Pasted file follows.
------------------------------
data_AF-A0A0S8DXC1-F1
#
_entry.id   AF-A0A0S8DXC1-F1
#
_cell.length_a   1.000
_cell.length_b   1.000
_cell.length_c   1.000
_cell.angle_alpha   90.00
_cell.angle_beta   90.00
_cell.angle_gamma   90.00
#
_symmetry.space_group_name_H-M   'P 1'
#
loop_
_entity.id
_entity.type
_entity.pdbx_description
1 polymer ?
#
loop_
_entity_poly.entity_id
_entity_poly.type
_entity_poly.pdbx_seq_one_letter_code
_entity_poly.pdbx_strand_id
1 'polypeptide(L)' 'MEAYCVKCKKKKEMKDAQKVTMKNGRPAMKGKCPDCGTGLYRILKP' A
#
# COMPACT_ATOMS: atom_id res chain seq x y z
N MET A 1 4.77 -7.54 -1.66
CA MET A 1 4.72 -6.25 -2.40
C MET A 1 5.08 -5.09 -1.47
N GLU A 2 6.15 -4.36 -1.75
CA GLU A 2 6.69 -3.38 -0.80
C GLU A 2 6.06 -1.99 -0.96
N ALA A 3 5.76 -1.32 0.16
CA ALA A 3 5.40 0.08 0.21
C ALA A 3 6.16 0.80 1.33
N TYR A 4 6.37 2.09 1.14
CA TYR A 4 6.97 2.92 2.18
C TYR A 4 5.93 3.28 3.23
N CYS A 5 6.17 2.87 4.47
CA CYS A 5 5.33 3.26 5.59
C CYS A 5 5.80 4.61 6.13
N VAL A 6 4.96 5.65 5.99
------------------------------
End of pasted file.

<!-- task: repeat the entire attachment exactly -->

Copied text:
data_AF-A0A0S8DXC1-F1
#
_entry.id   AF-A0A0S8DXC1-F1
#
_cell.length_a   1.000
_cell.length_b   1.000
_cell.length_c   1.000
_cell.angle_alpha   90.00
_cell.angle_beta   90.00
_cell.angle_gamma   90.00
#
_symmetry.space_group_name_H-M   'P 1'
#
loop_
_entity.id
_entity.type
_entity.pdbx_description
1 polymer ?
#
loop_
_entity_poly.entity_id
_entity_poly.type
_entity_poly.pdbx_seq_one_letter_code
_entity_poly.pdbx_strand_id
1 'polypeptide(L)' 'MEAYCVKCKKKKEMKDAQKVTMKNGRPAMKGKCPDCGTGLYRILKP' A
#
# COMPACT_ATOMS: atom_id res chain seq x y z
N MET A 1 4.77 -7.54 -1.66
CA MET A 1 4.72 -6.25 -2.40
C MET A 1 5.08 -5.09 -1.47
N GLU A 2 6.15 -4.36 -1.75
CA GLU A 2 6.69 -3.38 -0.80
C GLU A 2 6.06 -1.99 -0.96
N ALA A 3 5.76 -1.32 0.16
CA ALA A 3 5.40 0.08 0.21
C ALA A 3 6.16 0.80 1.33
N TYR A 4 6.37 2.09 1.14
CA TYR A 4 6.97 2.92 2.18
C TYR A 4 5.93 3.28 3.23
N CYS A 5 6.17 2.87 4.47
CA CYS A 5 5.33 3.26 5.59
C CYS A 5 5.80 4.61 6.13
N VAL A 6 4.96 5.65 5.99